After the boy’s suicide, the school officially recognized its mistake.
The principal of a junior high school in Hiroshima Prefecture apologized Wednesday after his school last year refused to support a graduating student’s high school entrance application due to an error in its records, leading to the boy committing suicide.
The 15-year-old killed himself on Dec 8 after the school informed his parents that it would not issue a personal recommendation to his chosen high school because his student file stated he had shoplifted when he was in his first year at the school. The record turned out to be erroneous.
Appearing before a school assembly, the principal Hiroshi Sakamoto offered his apology to the student body for the error, and for lying about the reason for the boy’s death.
Despite knowing the boy had committed suicide, the school had falsely stated the boy died of acute heart failure a day after the tragedy.
A review into the case of the boy’s death found that a teacher who entered the shoplifting charge into the school’s records had been informed verbally by another faculty member that it was a different student who had shoplifted, but mistakenly wrote the name of the deceased boy.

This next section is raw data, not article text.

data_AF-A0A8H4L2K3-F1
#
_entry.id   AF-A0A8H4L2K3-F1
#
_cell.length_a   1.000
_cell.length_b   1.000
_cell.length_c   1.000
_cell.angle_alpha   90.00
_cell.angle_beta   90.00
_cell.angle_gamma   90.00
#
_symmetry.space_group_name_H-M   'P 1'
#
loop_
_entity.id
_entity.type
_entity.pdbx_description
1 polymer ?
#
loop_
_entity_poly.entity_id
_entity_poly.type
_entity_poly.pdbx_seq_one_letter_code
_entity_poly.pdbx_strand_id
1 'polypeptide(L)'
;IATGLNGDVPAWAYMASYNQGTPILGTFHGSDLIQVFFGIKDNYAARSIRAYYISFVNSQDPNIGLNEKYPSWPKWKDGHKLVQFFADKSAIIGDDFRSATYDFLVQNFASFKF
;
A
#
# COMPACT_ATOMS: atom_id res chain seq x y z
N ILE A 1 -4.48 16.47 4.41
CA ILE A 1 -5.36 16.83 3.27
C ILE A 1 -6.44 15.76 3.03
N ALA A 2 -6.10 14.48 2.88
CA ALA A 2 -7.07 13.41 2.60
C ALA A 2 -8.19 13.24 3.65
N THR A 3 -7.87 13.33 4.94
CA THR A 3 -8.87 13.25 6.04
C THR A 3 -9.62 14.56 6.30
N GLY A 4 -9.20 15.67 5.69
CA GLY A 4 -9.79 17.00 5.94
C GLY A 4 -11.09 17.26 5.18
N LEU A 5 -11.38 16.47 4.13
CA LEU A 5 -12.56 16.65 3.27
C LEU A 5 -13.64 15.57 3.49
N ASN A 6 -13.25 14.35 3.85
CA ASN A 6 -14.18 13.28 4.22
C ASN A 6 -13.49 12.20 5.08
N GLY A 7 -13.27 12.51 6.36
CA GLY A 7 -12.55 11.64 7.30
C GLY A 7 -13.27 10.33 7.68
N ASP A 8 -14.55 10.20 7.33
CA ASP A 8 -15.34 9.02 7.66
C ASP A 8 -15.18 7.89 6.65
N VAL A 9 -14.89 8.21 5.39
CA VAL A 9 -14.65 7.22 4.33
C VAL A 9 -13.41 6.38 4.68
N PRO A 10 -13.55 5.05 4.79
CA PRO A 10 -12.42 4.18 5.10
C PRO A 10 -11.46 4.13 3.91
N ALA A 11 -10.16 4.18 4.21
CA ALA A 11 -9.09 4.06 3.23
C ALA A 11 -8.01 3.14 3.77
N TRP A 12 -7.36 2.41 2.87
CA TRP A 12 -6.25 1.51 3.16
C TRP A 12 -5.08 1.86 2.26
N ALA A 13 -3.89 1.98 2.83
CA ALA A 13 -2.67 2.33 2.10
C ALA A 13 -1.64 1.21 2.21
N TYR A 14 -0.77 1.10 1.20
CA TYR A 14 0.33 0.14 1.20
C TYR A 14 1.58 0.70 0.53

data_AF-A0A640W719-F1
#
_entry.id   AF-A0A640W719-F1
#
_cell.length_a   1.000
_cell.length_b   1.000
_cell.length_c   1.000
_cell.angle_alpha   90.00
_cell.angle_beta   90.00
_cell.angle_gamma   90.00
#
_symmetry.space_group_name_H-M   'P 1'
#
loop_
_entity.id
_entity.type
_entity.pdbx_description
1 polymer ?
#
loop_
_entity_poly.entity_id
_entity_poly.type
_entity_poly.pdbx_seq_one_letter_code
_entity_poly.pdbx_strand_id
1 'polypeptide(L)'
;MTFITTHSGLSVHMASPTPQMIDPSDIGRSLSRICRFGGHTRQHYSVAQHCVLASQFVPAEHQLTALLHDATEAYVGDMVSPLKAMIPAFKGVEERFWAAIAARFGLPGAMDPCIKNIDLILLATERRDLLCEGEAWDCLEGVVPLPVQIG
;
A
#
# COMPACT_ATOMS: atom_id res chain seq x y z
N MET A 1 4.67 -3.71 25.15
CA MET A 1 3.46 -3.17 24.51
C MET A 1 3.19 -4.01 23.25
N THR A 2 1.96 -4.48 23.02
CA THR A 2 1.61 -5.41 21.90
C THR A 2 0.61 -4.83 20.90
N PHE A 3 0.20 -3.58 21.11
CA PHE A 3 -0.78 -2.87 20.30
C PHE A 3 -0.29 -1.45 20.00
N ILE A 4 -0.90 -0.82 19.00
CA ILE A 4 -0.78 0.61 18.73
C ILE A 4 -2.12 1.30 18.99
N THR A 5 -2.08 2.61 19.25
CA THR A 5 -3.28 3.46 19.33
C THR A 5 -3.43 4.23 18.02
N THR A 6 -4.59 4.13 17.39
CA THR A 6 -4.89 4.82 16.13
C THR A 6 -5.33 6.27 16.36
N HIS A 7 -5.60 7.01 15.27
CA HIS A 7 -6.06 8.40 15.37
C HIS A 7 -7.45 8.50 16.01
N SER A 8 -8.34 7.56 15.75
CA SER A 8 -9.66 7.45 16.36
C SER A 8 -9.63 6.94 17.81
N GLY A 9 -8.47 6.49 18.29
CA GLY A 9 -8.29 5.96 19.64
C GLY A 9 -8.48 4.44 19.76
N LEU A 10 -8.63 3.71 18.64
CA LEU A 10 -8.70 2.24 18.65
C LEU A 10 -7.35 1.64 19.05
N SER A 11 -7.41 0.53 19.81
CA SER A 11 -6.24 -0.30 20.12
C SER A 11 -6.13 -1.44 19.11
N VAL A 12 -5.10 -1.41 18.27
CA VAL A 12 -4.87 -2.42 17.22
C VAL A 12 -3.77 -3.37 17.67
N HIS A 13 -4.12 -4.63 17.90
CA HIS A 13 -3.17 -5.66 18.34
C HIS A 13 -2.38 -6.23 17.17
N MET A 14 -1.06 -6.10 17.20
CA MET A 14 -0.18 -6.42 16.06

The administrative mistake was noticed during an October 2013 meeting at the school, located in the town of Fuchu, shortly after the theft had occurred. The faculty members who attended the meeting made the necessary corrections in the documents they had, but the changes were not reflected in the school’s computer system.
In explaining the tragic error, Sakamoto said at a press conference Tuesday that the school had no one in charge of vetting computer data at the time.
The boy skipped a meeting with the school and his parents scheduled for Dec. 8 and killed himself that day. After the boy’s suicide, the school officially recognized its mistake.
The town education board said in cases of student misconduct, a teacher should have compiled written records such as a statement from the student addressing the incident and opinions of guardians, but in the boy’s case, there were no such records.
“Our child would never have taken his life if the school’s data management was not sloppy and the school did not make the mistake,” the boy’s family said in a statement.
Source, video and image: Kyodo
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